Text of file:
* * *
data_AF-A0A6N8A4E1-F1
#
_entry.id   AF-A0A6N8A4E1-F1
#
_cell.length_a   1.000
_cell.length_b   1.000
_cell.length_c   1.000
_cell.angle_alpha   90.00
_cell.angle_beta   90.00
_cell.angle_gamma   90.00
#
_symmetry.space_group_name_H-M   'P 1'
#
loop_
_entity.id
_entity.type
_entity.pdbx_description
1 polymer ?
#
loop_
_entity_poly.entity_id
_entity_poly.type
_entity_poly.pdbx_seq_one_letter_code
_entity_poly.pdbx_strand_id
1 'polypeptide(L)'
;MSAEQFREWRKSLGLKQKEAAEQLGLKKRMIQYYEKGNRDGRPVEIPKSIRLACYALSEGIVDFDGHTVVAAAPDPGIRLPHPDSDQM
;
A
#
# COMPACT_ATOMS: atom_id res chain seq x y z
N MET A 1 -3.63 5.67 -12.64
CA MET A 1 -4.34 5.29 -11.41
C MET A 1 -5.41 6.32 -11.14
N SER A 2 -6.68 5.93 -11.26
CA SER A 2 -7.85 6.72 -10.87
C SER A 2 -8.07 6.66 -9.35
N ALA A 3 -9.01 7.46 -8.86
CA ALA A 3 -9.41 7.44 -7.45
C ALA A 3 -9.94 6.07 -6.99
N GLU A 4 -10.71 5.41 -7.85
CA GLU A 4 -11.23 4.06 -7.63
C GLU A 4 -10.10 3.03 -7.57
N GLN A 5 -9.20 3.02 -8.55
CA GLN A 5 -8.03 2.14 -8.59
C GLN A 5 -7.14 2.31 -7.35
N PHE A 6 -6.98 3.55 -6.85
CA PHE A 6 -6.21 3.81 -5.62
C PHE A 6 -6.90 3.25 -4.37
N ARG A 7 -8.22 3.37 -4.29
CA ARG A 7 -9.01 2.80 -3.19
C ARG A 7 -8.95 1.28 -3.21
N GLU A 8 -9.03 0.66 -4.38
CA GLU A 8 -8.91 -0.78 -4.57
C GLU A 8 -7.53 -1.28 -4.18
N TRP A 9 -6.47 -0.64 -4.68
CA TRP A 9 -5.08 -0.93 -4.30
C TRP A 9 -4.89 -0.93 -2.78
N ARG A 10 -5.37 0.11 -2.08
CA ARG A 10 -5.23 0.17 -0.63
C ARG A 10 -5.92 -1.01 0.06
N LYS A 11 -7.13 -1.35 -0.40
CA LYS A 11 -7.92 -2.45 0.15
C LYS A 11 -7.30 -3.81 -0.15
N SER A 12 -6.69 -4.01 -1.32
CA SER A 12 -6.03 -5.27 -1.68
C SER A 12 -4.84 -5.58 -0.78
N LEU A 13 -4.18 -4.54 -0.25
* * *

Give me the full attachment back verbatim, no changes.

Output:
data_AF-A0A6N8A4E1-F1
#
_entry.id   AF-A0A6N8A4E1-F1
#
_cell.length_a   1.000
_cell.length_b   1.000
_cell.length_c   1.000
_cell.angle_alpha   90.00
_cell.angle_beta   90.00
_cell.angle_gamma   90.00
#
_symmetry.space_group_name_H-M   'P 1'
#
loop_
_entity.id
_entity.type
_entity.pdbx_description
1 polymer ?
#
loop_
_entity_poly.entity_id
_entity_poly.type
_entity_poly.pdbx_seq_one_letter_code
_entity_poly.pdbx_strand_id
1 'polypeptide(L)'
;MSAEQFREWRKSLGLKQKEAAEQLGLKKRMIQYYEKGNRDGRPVEIPKSIRLACYALSEGIVDFDGHTVVAAAPDPGIRLPHPDSDQM
;
A
#
# COMPACT_ATOMS: atom_id res chain seq x y z
N MET A 1 -3.63 5.67 -12.64
CA MET A 1 -4.34 5.29 -11.41
C MET A 1 -5.41 6.32 -11.14
N SER A 2 -6.68 5.93 -11.26
CA SER A 2 -7.85 6.72 -10.87
C SER A 2 -8.07 6.66 -9.35
N ALA A 3 -9.01 7.46 -8.86
CA ALA A 3 -9.41 7.44 -7.45
C ALA A 3 -9.94 6.07 -6.99
N GLU A 4 -10.71 5.41 -7.85
CA GLU A 4 -11.23 4.06 -7.63
C GLU A 4 -10.10 3.03 -7.57
N GLN A 5 -9.20 3.02 -8.55
CA GLN A 5 -8.03 2.14 -8.59
C GLN A 5 -7.14 2.31 -7.35
N PHE A 6 -6.98 3.55 -6.85
CA PHE A 6 -6.21 3.81 -5.62
C PHE A 6 -6.90 3.25 -4.37
N ARG A 7 -8.22 3.37 -4.29
CA ARG A 7 -9.01 2.80 -3.19
C ARG A 7 -8.95 1.28 -3.21
N GLU A 8 -9.03 0.66 -4.38
CA GLU A 8 -8.91 -0.78 -4.57
C GLU A 8 -7.53 -1.28 -4.18
N TRP A 9 -6.47 -0.64 -4.68
CA TRP A 9 -5.08 -0.93 -4.30
C TRP A 9 -4.89 -0.93 -2.78
N ARG A 10 -5.37 0.11 -2.08
CA ARG A 10 -5.23 0.17 -0.63
C ARG A 10 -5.92 -1.01 0.06
N LYS A 11 -7.13 -1.35 -0.40
CA LYS A 11 -7.92 -2.45 0.15
C LYS A 11 -7.30 -3.81 -0.15
N SER A 12 -6.69 -4.01 -1.32
CA SER A 12 -6.03 -5.27 -1.68
C SER A 12 -4.84 -5.58 -0.78
N LEU A 13 -4.18 -4.54 -0.25